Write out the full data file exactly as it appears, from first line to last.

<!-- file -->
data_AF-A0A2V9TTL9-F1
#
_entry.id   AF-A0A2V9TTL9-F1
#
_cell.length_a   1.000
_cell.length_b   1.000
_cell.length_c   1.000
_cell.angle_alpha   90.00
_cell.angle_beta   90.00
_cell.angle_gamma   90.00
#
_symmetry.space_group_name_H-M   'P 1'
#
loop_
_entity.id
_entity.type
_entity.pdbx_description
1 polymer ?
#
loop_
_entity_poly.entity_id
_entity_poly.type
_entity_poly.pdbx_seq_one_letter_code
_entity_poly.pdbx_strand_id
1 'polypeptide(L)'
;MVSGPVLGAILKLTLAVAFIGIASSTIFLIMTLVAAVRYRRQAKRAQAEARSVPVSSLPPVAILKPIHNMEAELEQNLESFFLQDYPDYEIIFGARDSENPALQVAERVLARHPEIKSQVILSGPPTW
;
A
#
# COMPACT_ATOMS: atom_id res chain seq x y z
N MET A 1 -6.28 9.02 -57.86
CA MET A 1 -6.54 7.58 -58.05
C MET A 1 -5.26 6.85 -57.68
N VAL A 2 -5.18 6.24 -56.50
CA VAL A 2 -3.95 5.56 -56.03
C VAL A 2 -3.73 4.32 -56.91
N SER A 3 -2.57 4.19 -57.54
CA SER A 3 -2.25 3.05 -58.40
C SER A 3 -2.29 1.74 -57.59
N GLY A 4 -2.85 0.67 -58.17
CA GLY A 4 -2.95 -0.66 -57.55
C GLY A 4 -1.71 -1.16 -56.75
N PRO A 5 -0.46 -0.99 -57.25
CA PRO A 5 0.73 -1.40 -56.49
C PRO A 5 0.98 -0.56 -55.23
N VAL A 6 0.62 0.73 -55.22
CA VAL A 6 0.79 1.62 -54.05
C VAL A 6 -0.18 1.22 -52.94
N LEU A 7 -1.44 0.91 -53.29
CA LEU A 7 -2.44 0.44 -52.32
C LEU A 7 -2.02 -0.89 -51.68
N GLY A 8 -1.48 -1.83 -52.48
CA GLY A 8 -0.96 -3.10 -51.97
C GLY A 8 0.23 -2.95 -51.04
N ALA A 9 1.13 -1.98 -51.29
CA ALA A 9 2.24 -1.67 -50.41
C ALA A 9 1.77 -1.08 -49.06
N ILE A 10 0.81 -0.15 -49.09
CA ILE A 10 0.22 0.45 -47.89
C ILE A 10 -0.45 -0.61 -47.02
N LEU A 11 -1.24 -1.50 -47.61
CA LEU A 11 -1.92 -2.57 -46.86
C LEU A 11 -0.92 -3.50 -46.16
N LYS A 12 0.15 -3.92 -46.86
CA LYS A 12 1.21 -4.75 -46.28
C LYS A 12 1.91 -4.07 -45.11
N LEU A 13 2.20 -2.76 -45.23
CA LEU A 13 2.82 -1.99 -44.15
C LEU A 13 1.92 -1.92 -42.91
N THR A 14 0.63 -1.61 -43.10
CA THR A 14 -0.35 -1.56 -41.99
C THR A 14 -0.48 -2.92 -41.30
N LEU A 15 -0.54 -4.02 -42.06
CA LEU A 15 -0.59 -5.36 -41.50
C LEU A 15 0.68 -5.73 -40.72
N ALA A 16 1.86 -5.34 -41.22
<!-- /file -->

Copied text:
data_AF-A0A2V9TTL9-F1
#
_entry.id   AF-A0A2V9TTL9-F1
#
_cell.length_a   1.000
_cell.length_b   1.000
_cell.length_c   1.000
_cell.angle_alpha   90.00
_cell.angle_beta   90.00
_cell.angle_gamma   90.00
#
_symmetry.space_group_name_H-M   'P 1'
#
loop_
_entity.id
_entity.type
_entity.pdbx_description
1 polymer ?
#
loop_
_entity_poly.entity_id
_entity_poly.type
_entity_poly.pdbx_seq_one_letter_code
_entity_poly.pdbx_strand_id
1 'polypeptide(L)'
;MVSGPVLGAILKLTLAVAFIGIASSTIFLIMTLVAAVRYRRQAKRAQAEARSVPVSSLPPVAILKPIHNMEAELEQNLESFFLQDYPDYEIIFGARDSENPALQVAERVLARHPEIKSQVILSGPPTW
;
A
#
# COMPACT_ATOMS: atom_id res chain seq x y z
N MET A 1 -6.28 9.02 -57.86
CA MET A 1 -6.54 7.58 -58.05
C MET A 1 -5.26 6.85 -57.68
N VAL A 2 -5.18 6.24 -56.50
CA VAL A 2 -3.95 5.56 -56.03
C VAL A 2 -3.73 4.32 -56.91
N SER A 3 -2.57 4.19 -57.54
CA SER A 3 -2.25 3.05 -58.40
C SER A 3 -2.29 1.74 -57.59
N GLY A 4 -2.85 0.67 -58.17
CA GLY A 4 -2.95 -0.66 -57.55
C GLY A 4 -1.71 -1.16 -56.75
N PRO A 5 -0.46 -0.99 -57.25
CA PRO A 5 0.73 -1.40 -56.49
C PRO A 5 0.98 -0.56 -55.23
N VAL A 6 0.62 0.73 -55.22
CA VAL A 6 0.79 1.62 -54.05
C VAL A 6 -0.18 1.22 -52.94
N LEU A 7 -1.44 0.91 -53.29
CA LEU A 7 -2.44 0.44 -52.32
C LEU A 7 -2.02 -0.89 -51.68
N GLY A 8 -1.48 -1.83 -52.48
CA GLY A 8 -0.96 -3.10 -51.97
C GLY A 8 0.23 -2.95 -51.04
N ALA A 9 1.13 -1.98 -51.29
CA ALA A 9 2.24 -1.67 -50.41
C ALA A 9 1.77 -1.08 -49.06
N ILE A 10 0.81 -0.15 -49.09
CA ILE A 10 0.22 0.45 -47.89
C ILE A 10 -0.45 -0.61 -47.02
N LEU A 11 -1.24 -1.50 -47.61
CA LEU A 11 -1.92 -2.57 -46.86
C LEU A 11 -0.92 -3.50 -46.16
N LYS A 12 0.15 -3.92 -46.86
CA LYS A 12 1.21 -4.75 -46.28
C LYS A 12 1.91 -4.07 -45.11
N LEU A 13 2.20 -2.76 -45.23
CA LEU A 13 2.82 -1.99 -44.15
C LEU A 13 1.92 -1.92 -42.91
N THR A 14 0.63 -1.61 -43.10
CA THR A 14 -0.35 -1.56 -41.99
C THR A 14 -0.48 -2.92 -41.30
N LEU A 15 -0.54 -4.02 -42.06
CA LEU A 15 -0.59 -5.36 -41.50
C LEU A 15 0.68 -5.73 -40.72
N ALA A 16 1.86 -5.34 -41.22